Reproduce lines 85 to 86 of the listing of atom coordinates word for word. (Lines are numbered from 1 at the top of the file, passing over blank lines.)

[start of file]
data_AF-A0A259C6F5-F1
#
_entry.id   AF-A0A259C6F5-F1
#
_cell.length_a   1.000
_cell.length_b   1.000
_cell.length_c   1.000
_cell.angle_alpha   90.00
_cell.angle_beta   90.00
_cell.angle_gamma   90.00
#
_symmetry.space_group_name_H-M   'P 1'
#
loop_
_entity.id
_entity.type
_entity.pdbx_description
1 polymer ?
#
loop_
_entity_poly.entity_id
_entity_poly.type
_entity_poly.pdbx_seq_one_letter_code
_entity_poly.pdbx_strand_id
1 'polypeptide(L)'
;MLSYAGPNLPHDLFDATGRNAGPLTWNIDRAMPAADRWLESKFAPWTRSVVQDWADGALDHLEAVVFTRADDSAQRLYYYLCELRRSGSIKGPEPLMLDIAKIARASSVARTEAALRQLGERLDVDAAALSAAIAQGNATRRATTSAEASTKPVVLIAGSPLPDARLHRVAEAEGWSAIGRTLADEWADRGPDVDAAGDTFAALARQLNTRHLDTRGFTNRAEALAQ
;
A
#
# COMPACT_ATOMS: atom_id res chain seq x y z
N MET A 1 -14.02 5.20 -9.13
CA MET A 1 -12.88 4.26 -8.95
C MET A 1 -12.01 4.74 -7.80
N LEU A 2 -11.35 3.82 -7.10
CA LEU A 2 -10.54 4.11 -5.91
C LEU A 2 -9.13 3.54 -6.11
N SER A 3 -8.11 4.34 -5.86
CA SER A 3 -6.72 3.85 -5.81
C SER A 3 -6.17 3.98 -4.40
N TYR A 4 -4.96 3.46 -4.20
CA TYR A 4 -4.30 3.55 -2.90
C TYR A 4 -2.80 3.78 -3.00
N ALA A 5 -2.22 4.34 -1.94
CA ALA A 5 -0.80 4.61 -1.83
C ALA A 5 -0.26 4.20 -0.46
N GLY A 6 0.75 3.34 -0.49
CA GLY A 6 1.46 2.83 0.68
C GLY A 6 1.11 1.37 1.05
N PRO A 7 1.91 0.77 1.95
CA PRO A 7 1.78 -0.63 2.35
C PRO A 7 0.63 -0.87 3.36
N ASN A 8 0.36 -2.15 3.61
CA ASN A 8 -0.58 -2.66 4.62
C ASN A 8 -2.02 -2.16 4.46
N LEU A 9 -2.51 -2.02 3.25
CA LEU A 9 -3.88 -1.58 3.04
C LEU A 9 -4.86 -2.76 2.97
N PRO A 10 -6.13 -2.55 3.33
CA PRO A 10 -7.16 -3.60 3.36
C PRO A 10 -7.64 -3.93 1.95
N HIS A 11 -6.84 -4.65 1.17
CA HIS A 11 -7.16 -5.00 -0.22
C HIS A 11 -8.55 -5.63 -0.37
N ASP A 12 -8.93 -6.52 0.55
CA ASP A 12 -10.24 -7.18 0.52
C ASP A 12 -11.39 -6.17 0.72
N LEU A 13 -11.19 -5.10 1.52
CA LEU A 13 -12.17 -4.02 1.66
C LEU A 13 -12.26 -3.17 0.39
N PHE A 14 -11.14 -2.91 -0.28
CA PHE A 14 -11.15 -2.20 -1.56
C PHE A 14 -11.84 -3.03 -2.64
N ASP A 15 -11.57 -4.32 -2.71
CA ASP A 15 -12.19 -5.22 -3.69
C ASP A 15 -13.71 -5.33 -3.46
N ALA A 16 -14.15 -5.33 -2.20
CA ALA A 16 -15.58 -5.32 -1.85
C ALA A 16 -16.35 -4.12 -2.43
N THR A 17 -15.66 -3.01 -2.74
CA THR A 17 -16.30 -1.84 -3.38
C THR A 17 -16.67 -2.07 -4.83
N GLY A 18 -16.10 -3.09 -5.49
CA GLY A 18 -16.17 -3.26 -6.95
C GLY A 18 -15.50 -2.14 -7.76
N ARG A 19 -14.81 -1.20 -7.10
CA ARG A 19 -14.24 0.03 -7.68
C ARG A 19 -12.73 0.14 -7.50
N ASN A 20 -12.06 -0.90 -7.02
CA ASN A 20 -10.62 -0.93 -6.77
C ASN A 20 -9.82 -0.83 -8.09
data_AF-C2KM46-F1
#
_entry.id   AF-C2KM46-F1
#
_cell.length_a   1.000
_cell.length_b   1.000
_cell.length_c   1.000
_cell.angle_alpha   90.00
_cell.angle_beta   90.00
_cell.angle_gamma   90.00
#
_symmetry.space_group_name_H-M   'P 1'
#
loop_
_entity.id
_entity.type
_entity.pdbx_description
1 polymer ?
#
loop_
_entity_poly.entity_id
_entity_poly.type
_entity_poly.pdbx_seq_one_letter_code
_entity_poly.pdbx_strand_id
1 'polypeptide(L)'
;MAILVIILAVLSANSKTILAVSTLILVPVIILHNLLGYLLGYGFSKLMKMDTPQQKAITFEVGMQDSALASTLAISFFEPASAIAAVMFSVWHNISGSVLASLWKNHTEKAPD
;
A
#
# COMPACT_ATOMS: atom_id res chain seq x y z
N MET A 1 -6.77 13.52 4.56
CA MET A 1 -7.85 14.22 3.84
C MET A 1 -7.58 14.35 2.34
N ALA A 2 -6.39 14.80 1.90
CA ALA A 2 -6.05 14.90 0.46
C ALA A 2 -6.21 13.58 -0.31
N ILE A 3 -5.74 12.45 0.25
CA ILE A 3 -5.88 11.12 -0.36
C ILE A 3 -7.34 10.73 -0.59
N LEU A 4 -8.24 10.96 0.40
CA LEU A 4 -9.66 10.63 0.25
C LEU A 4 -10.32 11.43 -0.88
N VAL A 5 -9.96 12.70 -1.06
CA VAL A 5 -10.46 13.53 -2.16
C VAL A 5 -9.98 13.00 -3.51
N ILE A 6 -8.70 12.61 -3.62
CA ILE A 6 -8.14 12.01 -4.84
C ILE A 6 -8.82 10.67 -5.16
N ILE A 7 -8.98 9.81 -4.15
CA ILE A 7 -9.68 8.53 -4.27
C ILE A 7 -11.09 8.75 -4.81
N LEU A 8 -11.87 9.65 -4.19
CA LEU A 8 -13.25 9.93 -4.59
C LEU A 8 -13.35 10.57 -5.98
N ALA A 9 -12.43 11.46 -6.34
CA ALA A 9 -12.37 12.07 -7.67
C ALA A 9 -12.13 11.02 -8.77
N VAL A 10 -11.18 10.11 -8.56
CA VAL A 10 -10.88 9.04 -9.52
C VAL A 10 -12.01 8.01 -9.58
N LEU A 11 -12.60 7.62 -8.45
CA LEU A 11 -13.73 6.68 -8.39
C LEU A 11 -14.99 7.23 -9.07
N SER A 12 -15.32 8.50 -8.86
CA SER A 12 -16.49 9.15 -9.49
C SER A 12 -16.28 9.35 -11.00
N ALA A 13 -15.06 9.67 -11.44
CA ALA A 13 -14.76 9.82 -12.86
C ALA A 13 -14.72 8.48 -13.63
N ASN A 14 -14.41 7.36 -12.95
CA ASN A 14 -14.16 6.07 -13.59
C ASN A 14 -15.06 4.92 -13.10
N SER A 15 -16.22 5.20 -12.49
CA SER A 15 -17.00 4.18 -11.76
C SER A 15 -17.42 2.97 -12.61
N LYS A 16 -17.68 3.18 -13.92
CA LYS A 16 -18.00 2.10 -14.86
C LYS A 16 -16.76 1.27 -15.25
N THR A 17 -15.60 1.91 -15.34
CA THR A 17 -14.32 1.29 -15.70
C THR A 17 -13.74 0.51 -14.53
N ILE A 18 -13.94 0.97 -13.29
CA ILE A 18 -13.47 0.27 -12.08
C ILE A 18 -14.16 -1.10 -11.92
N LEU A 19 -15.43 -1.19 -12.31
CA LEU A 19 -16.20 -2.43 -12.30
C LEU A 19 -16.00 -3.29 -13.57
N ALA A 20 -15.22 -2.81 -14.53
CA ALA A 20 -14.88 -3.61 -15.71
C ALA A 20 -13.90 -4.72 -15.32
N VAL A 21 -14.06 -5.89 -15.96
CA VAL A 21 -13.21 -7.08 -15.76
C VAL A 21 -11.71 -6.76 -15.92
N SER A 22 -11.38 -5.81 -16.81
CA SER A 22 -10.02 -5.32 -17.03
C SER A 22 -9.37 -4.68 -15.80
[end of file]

N ARG A 19 -14.81 -1.20 -7.10
CA ARG A 19 -14.24 0.03 -7.68